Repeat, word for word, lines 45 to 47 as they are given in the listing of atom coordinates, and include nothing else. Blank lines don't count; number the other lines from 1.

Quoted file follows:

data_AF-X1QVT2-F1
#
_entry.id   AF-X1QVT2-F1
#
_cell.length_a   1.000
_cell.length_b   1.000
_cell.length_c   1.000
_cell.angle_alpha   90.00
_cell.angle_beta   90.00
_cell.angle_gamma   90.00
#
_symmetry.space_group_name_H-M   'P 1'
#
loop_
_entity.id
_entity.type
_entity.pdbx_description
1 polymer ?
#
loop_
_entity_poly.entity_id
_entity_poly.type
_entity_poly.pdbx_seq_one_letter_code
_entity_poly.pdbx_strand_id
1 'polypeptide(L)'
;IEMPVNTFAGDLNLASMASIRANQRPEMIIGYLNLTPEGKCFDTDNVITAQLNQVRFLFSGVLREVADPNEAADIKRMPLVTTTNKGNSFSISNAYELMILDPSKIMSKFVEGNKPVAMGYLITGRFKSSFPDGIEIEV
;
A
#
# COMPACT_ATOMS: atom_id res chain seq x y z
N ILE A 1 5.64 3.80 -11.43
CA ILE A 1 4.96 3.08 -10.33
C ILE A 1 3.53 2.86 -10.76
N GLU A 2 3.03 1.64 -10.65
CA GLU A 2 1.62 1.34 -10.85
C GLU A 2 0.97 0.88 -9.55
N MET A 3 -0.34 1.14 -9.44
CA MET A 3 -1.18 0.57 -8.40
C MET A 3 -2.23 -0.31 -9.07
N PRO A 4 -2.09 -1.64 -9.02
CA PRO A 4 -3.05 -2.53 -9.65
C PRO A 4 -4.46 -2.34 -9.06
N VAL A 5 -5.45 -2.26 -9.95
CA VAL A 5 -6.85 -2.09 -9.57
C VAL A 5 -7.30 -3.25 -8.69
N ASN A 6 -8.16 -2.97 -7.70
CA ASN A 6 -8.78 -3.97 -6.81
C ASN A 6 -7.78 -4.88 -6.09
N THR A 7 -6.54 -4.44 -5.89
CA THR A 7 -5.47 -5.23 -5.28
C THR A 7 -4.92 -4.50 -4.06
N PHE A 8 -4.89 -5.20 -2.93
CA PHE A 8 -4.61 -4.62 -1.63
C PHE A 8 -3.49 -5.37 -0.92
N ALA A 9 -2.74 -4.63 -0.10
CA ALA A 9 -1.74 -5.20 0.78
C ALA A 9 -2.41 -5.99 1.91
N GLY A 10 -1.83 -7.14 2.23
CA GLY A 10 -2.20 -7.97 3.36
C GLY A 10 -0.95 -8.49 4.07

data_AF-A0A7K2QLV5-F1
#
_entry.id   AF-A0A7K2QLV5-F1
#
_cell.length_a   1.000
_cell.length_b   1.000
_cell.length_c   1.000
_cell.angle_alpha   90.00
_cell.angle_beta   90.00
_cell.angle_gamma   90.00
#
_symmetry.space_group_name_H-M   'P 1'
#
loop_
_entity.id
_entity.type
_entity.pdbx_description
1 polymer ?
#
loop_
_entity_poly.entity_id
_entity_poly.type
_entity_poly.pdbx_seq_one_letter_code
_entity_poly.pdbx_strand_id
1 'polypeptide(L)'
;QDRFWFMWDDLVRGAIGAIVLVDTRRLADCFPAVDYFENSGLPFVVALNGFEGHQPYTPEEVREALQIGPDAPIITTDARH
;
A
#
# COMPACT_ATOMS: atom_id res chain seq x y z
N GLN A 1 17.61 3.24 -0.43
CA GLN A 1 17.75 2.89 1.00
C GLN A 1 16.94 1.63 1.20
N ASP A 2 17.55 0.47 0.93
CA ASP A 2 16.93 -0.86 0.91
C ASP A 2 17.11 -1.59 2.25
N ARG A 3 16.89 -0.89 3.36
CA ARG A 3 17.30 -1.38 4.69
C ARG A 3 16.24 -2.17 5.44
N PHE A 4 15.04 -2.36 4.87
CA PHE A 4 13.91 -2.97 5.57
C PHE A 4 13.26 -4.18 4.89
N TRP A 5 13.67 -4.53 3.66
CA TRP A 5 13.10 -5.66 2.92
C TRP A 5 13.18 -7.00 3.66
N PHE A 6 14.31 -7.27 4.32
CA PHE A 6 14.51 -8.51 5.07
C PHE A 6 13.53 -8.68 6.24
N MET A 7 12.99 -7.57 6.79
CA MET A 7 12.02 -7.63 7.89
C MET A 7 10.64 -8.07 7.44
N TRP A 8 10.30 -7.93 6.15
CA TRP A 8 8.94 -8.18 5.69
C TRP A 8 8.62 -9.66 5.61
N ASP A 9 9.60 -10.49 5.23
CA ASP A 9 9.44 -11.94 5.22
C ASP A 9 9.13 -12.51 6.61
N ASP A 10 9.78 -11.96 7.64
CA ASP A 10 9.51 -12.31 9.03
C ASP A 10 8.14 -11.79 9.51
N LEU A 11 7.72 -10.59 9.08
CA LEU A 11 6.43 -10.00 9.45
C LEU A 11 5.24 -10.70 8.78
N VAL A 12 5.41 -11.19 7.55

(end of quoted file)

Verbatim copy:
C VAL A 5 -7.30 -3.25 -8.69
N ASN A 6 -8.16 -2.97 -7.70
CA ASN A 6 -8.78 -3.97 -6.81